"Only one in a thousand ever needs it," Cathy said, speculating on the odds. "Will, you be that one?"
'The Gift of Hope'
Cathy was sold when she saw a segment on "Oprah" about cord-blood banking.
It never occurred to her that her baby would need the blood for herself. Putting aside some of their fifth child's blood in case any of the other four got sick was what she was banking on, or so she figured.
Abby, who was born 10 days late, had a preliminary Apgar score of zero. The Apgar measures a newborn baby's wellness. Her score later jumped to seven. Not terribly uncommon, she had a bowel movement in utero. But if newborns inhale the tar-like substance, oxygen deprivation and other serious problems can occur.
"Most kids just get it in their mouth," Cathy said. "Abby got it in her lungs."
It's not clear how long she was oxygen-deprived. Abby was monitored at the hospital for two weeks. But an MRI a few months later confirmed that in three of her four lobes she had suffered moderate to severe brain damage. Doctors said she had microcephaly--a small head due to lack of oxygen.
"Her outcome, they said, would be abnormal," Cathy said.
Cathy asked if Abby's cord blood could help and the doctors told her no. But an e-mail from their cord blood bank publicizing advances using cord blood to repair neurological and spinal-cord damage gave the family renewed hope. The families Google search began as they looked for a doctor with expertise in cord-blood transplantation. Every hospital Cathy contacted about Abby's transplant said that it was no use and the cord blood would not be able to help their daughter.
"You have a lot of naysayers out there that need cold, hard facts," she said. "But the way I see it is if there's a small chance to help your child have a better quality of life, why not do it?"
A professor of pediatrics at Duke University with a specialty in stem-cell transplantation eventually came up in their search, and the family contacted Dr. Joanne.
Cathy asked Dr. Joanne if she would transplant Abby's stem cells. After several exchanges, mostly by e-mail, she got the answer she'd hoped for.
Abby's stem cells were sent to Duke at the doctor's request.
Two transplants have taken place in Durham, the first when Abby was 6 months old and the second more recently. Abby turned 2 on September 9th.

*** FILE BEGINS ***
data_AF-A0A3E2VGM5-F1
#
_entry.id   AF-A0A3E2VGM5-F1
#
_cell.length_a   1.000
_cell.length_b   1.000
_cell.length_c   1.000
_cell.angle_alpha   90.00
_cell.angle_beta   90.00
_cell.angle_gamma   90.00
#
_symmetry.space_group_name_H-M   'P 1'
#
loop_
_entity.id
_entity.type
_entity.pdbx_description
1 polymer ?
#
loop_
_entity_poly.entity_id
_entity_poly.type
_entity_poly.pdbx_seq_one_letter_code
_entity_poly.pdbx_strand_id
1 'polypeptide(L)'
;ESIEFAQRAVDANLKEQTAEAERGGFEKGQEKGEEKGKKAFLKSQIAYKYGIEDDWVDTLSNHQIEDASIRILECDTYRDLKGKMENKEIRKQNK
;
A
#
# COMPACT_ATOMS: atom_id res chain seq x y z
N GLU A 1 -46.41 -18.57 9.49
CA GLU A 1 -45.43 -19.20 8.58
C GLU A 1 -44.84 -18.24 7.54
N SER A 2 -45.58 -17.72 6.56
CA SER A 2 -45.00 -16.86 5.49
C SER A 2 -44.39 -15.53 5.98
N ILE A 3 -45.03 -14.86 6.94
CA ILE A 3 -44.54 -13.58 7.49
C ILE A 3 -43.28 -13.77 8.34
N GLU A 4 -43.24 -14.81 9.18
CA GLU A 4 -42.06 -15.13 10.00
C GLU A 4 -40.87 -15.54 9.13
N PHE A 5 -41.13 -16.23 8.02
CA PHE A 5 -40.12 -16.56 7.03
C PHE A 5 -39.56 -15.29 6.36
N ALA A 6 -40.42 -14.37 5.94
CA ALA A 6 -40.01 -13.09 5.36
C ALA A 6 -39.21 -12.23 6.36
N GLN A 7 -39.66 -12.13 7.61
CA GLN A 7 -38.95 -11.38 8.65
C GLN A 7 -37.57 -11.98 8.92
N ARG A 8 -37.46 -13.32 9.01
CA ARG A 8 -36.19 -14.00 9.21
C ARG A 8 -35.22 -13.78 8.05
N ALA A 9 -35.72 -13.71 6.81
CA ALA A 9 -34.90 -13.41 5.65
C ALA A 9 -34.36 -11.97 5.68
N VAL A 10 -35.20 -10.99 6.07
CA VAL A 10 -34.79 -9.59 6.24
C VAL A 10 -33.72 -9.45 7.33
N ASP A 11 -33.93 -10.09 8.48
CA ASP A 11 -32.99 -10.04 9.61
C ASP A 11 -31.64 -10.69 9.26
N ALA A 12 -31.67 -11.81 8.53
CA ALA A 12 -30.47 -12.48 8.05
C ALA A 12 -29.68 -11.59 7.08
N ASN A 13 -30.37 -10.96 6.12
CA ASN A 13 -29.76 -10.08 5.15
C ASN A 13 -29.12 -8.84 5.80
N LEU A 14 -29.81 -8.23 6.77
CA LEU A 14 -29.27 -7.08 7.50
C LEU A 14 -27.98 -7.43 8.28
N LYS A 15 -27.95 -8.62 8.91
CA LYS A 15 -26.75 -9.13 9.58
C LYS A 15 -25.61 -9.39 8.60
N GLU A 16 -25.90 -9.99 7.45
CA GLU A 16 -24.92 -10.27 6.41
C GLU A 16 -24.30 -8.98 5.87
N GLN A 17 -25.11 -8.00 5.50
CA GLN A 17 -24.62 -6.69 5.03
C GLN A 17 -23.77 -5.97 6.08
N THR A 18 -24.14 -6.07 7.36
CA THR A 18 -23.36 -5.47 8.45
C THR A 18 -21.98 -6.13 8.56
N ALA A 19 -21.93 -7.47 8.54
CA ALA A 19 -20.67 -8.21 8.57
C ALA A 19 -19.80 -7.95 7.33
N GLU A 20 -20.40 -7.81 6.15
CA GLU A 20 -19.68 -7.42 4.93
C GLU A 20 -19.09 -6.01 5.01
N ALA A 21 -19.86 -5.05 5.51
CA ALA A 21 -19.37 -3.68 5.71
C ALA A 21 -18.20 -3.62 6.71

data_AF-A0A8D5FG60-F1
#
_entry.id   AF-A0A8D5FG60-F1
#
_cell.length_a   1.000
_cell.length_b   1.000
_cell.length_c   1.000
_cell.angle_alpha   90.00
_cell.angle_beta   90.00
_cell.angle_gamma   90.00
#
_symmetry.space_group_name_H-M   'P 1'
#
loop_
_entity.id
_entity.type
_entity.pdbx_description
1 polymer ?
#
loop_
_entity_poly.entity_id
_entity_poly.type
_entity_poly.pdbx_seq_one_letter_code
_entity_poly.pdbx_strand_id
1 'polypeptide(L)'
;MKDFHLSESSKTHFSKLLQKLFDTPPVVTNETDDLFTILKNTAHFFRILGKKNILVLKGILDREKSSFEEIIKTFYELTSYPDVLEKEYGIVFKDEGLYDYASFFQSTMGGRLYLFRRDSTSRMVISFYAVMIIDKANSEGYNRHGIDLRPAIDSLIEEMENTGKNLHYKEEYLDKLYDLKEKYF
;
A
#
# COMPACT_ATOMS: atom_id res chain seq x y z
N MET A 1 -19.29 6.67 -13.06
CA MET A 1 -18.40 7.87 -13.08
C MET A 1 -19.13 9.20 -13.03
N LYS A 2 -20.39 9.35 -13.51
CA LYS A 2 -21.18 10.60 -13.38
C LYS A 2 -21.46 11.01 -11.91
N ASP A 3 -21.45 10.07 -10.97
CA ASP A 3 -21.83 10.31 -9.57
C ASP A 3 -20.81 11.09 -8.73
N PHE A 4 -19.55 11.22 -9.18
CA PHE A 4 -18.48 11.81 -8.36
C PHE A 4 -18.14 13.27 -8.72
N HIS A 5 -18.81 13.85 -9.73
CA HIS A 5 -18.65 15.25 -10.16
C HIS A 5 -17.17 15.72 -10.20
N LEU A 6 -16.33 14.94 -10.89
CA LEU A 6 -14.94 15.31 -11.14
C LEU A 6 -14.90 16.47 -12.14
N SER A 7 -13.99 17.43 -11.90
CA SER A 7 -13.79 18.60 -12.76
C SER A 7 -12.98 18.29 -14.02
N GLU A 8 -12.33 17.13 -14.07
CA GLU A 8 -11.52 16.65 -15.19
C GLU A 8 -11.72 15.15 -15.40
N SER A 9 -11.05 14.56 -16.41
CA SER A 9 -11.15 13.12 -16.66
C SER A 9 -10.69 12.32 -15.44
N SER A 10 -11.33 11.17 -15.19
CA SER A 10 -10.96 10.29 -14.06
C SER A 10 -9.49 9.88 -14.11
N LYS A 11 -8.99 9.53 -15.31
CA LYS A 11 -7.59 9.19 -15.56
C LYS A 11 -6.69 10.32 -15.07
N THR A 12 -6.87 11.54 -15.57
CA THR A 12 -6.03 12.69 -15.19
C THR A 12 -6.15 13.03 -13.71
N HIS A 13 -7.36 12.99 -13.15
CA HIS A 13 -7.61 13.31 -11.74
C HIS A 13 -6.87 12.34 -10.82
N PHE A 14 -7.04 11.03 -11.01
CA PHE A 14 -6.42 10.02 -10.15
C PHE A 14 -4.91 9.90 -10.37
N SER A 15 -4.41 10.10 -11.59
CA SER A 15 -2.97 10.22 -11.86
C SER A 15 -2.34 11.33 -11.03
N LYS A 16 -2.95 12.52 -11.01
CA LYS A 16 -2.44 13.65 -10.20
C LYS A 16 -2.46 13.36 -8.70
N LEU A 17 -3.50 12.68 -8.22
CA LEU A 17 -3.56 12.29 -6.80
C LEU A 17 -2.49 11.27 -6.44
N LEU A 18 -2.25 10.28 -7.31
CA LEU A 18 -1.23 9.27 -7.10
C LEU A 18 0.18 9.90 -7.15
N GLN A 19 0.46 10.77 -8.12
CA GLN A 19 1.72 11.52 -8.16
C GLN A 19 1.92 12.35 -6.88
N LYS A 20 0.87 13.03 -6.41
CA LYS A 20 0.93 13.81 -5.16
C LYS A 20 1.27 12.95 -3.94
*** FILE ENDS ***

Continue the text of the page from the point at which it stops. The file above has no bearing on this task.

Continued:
Each transplant is a costly $10,000, and insurance does not cover the experimental procedures. Despite the cost, the procedure is quite simple: an infusion of her cord blood is sent through an IV in Abby's hand.
Abby's first infusion was paid for with money raised by friends at All Saints Catholic School in Manassas, and Abby's parents refinanced their home to pay for the second. Another infusion in two years is probable.
"You've got to do whatever it takes for your kids," Abby’s father Billy said.
Dr. Joanne cautioned the family and continues to do so, telling them to keep their expectations low.
"Dr. Joanne said you have to expect nothing will happen. This is not a cure," she said. "But what she gave us was the gift of hope. I can look at Abby and say, 'Baby girl, we did everything we could to help you.'"
And Cathy and Billy are certain the procedures have helped.
"She's definitely making progress," Billy said.
Abby wouldn't lock eyes with anyone, and she couldn't focus her gaze, prior to the first infusion
"She was literally like Stevie Wonder, with her head left to right, left to right," Cathy said.
But two weeks after the first transplant, Cathy said, Abby looked straight at her during a bath and smiled.
"I was like, 'Oh my God, she sees me!'" she said. "I was just hysterical."
Abby is scheduled to have an MRI tomorrow. Cathy said Dr. Joanne has cautioned that even if the scan shows improvement, it doesn't mean the stem-cell transplants worked.
Whatever the scan shows, Abby's family is grateful that she has undergone the procedures.
"She wasn't getting better before," Cathy said. "There's no 'proof,' but I have all the proof I need."
Abby's visual therapist, Peggy, said she's uncertain if Abby's development can be attributed exclusively to the cord-blood transfusions. But along with the more conventional therapy Abby's family has done, she find it likely that the cord blood is a contributing factor.
"The combination has really gone a long way in making progress in that little girl's life," Chenoweth said.
Abby, who turned 2 yesterday, doesn't do a lot of the things most kids her age do. But she blows raspberries, gets around with a walker and makes eye contact.
"These seem like very small steps for a lot of people, but they're hurdles for Abby," her mother said. "I would love to see my daughter just run around and be fine, and I pray for that. But if not, it's OK. We've done everything."